Shostakovich: The Gamblers (completed Meyer)

Shostakovich: The Gamblers (completed Meyer)

Composer(s):
Shostakovich
Works:
The Gamblers (completed Meyer)
Performer:
Vladimir Bogachov, Anatoly Babykin, Stanislav Suleymanov, Alexander Naumenko, Alexander Archipov, Nikolai Nishienko, Mikhail Krutikov; North West German PO/Mikhail Yurovsky
Label:
Capriccio
Catalogue Number:
60 062-2 DDD
Performance:
starstarstarstarnostar
Sound:
starstarstarstarnostar
4
Reviewer:
BBC Music Magazine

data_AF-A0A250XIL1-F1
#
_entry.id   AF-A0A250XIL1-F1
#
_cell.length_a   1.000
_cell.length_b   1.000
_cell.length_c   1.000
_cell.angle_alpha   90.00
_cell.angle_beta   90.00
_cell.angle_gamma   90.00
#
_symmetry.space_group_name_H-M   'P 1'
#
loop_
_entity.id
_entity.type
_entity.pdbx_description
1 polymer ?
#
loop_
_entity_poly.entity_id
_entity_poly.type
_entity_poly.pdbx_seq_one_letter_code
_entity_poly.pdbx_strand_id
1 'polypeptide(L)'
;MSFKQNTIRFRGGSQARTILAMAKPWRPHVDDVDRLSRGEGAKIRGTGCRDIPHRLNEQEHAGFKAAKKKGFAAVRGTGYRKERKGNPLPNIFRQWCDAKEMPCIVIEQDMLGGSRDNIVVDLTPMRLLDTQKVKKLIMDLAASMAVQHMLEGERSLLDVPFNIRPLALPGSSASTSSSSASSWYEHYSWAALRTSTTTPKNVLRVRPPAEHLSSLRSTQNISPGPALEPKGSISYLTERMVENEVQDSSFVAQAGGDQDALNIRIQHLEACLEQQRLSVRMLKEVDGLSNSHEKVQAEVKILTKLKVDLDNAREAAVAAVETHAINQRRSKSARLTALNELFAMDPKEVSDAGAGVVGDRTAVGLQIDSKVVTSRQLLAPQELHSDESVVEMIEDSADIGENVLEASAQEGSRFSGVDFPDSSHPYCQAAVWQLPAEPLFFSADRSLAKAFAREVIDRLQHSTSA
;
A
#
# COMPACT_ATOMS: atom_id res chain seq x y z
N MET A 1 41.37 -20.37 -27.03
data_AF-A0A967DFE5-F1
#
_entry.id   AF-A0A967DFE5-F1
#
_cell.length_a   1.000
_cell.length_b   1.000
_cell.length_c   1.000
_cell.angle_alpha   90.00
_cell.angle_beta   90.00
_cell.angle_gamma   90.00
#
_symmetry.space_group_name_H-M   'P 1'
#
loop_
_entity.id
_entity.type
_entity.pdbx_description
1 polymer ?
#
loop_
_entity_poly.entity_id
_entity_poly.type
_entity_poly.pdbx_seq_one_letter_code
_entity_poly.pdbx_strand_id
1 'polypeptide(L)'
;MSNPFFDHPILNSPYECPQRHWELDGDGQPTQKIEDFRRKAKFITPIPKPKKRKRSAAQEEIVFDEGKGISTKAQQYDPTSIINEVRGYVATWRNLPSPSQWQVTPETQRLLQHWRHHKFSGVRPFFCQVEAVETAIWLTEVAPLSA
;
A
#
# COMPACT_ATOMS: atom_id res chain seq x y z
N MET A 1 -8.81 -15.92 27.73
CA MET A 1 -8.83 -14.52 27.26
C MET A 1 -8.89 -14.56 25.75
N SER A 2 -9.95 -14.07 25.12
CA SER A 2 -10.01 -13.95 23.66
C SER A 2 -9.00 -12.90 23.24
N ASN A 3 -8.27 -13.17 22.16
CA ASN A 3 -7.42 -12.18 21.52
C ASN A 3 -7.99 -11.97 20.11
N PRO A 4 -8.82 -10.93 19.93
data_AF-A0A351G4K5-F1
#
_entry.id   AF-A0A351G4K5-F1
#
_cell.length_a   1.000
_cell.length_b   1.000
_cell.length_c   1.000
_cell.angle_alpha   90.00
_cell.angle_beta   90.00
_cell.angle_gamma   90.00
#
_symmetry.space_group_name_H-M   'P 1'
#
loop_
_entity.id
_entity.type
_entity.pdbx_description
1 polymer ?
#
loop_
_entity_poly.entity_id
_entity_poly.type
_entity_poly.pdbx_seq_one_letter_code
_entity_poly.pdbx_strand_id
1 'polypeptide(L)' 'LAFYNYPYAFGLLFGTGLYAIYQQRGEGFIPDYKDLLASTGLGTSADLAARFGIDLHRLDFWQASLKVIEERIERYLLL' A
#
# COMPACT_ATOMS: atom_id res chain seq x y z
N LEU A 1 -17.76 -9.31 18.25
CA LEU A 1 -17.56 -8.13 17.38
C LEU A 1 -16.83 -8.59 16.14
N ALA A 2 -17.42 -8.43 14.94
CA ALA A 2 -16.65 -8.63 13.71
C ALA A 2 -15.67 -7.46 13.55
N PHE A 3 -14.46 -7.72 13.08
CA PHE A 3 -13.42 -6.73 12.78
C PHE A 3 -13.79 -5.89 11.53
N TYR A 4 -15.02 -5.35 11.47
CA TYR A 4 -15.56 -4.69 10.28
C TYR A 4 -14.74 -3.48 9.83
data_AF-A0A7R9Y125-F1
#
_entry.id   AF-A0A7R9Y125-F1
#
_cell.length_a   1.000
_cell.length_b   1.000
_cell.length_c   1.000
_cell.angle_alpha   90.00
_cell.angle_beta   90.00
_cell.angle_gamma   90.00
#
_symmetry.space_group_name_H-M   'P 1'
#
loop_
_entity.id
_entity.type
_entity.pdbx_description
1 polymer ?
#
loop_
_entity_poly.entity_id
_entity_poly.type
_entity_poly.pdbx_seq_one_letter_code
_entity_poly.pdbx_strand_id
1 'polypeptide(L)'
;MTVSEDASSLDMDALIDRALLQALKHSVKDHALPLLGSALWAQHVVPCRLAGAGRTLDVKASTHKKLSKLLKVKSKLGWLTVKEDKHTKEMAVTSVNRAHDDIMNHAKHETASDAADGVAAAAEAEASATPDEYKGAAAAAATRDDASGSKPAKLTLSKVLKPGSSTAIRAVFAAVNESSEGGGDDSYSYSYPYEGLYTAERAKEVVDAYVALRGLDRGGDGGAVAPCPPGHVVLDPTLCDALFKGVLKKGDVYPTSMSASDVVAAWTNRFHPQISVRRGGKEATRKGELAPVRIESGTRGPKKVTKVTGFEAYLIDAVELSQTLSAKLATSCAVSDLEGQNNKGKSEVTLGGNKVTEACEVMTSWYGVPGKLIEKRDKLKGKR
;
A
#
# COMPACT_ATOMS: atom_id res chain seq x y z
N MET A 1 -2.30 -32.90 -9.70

For anyone who still has difficulty accepting Deryck Cooke’s completion of Mahler’s Tenth Symphony, Shostakovich’s opera The Gamblers poses even more of a problem. In 1941, after completing work on the Leningrad Symphony, Shostakovich began an adaptation of Gogol’s play The Gamblers (not to be confused with Dostoyevsky’s novel The Gambler, singular, as set by Prokofiev twelve years earlier). But he never got beyond the first forty-to-fifty minutes of music. The reasons he gave were that he had found himself unable to cut any of Gogol’s substantial text, which, if maintained, would have resulted in an opera of unmanageable length. The torso was performed in Moscow in the late Seventies, but it was only a few years later that the Polish composer Krzysztof Meyer completed the opera (making cuts in the text) in a cunningly echt- Shostakovich style, and this version was staged in Germany in 1983. Despite the consummate skill of Meyer’s wedding of new and old, the opera’s conversational nature means it is not as immediately appealing as either the satire of The Nose or the drama of Lady Macbeth of Mtsensk, though it ‘improves’ with repeated listening. This is the first recording of the completed version and, although the source is German, the fine cast is all-Russian, assembled from leading Bolshoi soloists, most notably the tenor Vladimir Bogachov as the card-sharper Ikharyov. The North West German Philharmonic plays superbly and Mikhail Yurovsky never lets the pace drag. One primarily for the devoted Shostakovich fan – others would be better advised to try the other operas first. Matthew Rye